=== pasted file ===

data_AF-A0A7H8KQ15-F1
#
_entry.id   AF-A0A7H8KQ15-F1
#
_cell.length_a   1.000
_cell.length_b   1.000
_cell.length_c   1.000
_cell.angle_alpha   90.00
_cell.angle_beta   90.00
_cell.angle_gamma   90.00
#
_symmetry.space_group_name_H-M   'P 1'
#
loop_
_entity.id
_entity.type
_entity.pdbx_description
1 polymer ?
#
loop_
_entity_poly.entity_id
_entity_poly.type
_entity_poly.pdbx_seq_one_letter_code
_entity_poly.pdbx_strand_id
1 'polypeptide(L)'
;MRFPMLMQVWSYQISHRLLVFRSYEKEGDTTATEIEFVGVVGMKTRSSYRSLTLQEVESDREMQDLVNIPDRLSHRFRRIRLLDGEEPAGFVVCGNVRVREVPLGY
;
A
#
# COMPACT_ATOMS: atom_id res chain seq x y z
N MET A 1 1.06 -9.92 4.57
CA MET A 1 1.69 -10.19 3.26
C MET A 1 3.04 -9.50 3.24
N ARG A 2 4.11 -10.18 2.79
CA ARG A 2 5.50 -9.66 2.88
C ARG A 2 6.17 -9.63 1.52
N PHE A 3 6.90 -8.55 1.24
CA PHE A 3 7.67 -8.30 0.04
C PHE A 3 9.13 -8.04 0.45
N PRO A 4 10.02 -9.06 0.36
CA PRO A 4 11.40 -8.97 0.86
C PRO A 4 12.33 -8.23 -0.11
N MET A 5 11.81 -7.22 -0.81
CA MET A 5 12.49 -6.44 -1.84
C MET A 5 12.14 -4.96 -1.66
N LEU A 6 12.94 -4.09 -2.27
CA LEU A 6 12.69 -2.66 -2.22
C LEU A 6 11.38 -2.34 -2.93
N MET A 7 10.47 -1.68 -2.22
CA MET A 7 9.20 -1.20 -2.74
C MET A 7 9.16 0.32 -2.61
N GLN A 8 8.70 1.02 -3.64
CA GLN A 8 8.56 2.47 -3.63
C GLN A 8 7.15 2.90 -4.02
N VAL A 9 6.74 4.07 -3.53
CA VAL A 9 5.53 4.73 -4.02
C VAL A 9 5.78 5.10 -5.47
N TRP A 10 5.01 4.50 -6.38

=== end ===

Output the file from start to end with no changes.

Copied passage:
data_AF-A0A7H8KQ15-F1
#
_entry.id   AF-A0A7H8KQ15-F1
#
_cell.length_a   1.000
_cell.length_b   1.000
_cell.length_c   1.000
_cell.angle_alpha   90.00
_cell.angle_beta   90.00
_cell.angle_gamma   90.00
#
_symmetry.space_group_name_H-M   'P 1'
#
loop_
_entity.id
_entity.type
_entity.pdbx_description
1 polymer ?
#
loop_
_entity_poly.entity_id
_entity_poly.type
_entity_poly.pdbx_seq_one_letter_code
_entity_poly.pdbx_strand_id
1 'polypeptide(L)'
;MRFPMLMQVWSYQISHRLLVFRSYEKEGDTTATEIEFVGVVGMKTRSSYRSLTLQEVESDREMQDLVNIPDRLSHRFRRIRLLDGEEPAGFVVCGNVRVREVPLGY
;
A
#
# COMPACT_ATOMS: atom_id res chain seq x y z
N MET A 1 1.06 -9.92 4.57
CA MET A 1 1.69 -10.19 3.26
C MET A 1 3.04 -9.50 3.24
N ARG A 2 4.11 -10.18 2.79
CA ARG A 2 5.50 -9.66 2.88
C ARG A 2 6.17 -9.63 1.52
N PHE A 3 6.90 -8.55 1.24
CA PHE A 3 7.67 -8.30 0.04
C PHE A 3 9.13 -8.04 0.45
N PRO A 4 10.02 -9.06 0.36
CA PRO A 4 11.40 -8.97 0.86
C PRO A 4 12.33 -8.23 -0.11
N MET A 5 11.81 -7.22 -0.81
CA MET A 5 12.49 -6.44 -1.84
C MET A 5 12.14 -4.96 -1.66
N LEU A 6 12.94 -4.09 -2.27
CA LEU A 6 12.69 -2.66 -2.22
C LEU A 6 11.38 -2.34 -2.93
N MET A 7 10.47 -1.68 -2.22
CA MET A 7 9.20 -1.20 -2.74
C MET A 7 9.16 0.32 -2.61
N GLN A 8 8.70 1.02 -3.64
CA GLN A 8 8.56 2.47 -3.63
C GLN A 8 7.15 2.90 -4.02
N VAL A 9 6.74 4.07 -3.53
CA VAL A 9 5.53 4.73 -4.02
C VAL A 9 5.78 5.10 -5.47
N TRP A 10 5.01 4.50 -6.38